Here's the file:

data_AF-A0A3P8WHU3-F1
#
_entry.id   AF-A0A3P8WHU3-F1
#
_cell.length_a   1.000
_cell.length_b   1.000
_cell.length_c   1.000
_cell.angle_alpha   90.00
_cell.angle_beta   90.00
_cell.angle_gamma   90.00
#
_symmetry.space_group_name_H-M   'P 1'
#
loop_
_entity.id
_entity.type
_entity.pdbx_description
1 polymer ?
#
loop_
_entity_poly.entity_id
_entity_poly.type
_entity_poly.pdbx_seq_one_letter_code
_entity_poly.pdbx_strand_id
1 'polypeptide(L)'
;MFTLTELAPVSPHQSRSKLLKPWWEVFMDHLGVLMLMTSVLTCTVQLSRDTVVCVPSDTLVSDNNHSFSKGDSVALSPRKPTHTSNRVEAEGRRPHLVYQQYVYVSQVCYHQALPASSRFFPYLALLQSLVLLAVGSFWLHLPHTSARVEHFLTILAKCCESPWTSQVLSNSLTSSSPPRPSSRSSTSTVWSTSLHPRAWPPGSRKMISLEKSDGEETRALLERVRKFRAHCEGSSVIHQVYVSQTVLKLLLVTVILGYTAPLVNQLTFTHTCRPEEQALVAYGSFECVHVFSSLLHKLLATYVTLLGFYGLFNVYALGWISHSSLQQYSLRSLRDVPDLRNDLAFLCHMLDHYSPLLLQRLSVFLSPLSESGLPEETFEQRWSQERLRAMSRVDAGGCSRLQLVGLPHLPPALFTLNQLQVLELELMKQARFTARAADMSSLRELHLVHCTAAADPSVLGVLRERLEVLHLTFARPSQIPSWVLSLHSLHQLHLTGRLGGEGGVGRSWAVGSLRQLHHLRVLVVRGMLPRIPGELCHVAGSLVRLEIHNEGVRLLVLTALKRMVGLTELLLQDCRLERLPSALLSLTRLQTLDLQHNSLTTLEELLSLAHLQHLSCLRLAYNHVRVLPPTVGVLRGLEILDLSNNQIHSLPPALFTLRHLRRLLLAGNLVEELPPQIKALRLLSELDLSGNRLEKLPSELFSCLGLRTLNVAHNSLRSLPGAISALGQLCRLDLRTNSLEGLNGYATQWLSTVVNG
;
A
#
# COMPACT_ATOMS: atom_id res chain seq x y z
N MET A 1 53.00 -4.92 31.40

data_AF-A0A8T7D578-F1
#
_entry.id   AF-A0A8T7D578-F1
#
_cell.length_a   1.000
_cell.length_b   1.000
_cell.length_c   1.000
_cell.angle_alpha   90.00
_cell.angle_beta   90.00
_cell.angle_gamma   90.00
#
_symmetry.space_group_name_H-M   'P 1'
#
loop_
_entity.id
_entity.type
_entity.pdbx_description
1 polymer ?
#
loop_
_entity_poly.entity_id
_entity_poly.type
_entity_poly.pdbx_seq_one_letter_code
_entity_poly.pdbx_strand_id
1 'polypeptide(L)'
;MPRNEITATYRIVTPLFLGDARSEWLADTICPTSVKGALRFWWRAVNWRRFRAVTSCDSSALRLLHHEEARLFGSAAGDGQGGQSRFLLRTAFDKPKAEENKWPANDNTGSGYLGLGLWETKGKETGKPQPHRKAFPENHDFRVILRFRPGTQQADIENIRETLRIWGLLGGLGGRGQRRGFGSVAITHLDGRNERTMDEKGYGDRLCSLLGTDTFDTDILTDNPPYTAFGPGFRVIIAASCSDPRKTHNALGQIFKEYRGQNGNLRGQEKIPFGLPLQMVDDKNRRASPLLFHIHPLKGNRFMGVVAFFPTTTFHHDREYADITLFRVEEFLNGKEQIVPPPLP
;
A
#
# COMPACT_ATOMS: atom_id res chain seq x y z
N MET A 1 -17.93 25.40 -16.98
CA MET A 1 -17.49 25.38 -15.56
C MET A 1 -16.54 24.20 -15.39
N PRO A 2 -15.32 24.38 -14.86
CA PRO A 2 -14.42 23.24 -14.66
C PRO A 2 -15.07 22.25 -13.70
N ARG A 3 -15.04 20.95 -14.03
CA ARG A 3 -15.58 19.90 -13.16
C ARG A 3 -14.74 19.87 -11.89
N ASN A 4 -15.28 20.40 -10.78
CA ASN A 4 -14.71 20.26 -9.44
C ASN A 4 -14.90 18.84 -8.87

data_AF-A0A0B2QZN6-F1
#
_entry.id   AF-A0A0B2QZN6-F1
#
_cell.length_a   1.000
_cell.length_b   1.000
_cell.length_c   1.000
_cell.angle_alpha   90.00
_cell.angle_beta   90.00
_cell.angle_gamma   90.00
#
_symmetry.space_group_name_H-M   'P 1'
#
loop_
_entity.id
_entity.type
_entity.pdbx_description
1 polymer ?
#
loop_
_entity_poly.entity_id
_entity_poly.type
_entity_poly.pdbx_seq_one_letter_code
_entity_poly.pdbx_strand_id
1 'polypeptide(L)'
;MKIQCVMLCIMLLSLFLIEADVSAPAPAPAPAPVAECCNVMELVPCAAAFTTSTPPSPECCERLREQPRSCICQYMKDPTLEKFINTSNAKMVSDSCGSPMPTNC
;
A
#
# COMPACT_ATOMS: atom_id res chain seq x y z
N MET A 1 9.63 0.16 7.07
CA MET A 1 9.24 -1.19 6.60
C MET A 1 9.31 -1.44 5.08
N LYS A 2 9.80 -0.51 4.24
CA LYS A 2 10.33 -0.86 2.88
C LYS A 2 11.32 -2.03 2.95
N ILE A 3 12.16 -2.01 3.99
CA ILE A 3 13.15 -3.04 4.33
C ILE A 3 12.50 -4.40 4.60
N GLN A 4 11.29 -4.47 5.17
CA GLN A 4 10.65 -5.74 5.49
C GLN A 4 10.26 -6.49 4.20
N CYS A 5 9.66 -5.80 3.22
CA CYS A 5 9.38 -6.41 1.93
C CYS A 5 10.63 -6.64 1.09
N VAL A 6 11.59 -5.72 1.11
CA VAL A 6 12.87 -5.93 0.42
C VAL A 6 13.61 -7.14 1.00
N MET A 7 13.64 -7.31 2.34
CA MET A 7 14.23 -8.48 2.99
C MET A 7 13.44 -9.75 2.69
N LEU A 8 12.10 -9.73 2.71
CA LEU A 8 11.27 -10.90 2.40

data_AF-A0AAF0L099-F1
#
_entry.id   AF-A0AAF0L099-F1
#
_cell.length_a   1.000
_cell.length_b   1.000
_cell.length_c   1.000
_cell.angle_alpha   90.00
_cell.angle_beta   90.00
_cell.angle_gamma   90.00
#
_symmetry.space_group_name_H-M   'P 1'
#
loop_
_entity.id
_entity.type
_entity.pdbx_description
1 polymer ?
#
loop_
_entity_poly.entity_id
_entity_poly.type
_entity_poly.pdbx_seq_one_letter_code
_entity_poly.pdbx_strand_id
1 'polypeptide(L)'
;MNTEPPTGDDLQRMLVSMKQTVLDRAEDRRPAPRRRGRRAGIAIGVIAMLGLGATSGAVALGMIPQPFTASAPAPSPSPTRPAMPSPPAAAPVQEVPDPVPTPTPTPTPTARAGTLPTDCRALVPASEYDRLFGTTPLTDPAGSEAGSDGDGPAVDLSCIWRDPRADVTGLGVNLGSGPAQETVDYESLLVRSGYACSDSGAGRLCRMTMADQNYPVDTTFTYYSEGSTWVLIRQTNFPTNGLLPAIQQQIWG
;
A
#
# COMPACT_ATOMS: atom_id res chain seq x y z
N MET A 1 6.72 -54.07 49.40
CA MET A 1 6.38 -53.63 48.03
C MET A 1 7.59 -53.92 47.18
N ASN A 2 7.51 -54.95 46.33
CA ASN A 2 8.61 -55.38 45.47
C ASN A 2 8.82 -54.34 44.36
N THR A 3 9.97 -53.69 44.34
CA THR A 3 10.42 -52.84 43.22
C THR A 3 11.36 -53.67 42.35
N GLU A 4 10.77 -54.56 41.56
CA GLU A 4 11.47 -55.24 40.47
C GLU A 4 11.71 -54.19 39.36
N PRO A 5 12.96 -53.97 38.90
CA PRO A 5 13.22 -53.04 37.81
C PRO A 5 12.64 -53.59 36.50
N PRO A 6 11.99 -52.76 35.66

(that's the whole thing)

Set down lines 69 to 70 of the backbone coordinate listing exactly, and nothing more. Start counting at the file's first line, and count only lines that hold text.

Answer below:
CA ARG A 3 -15.58 19.90 -13.16
C ARG A 3 -14.74 19.87 -11.89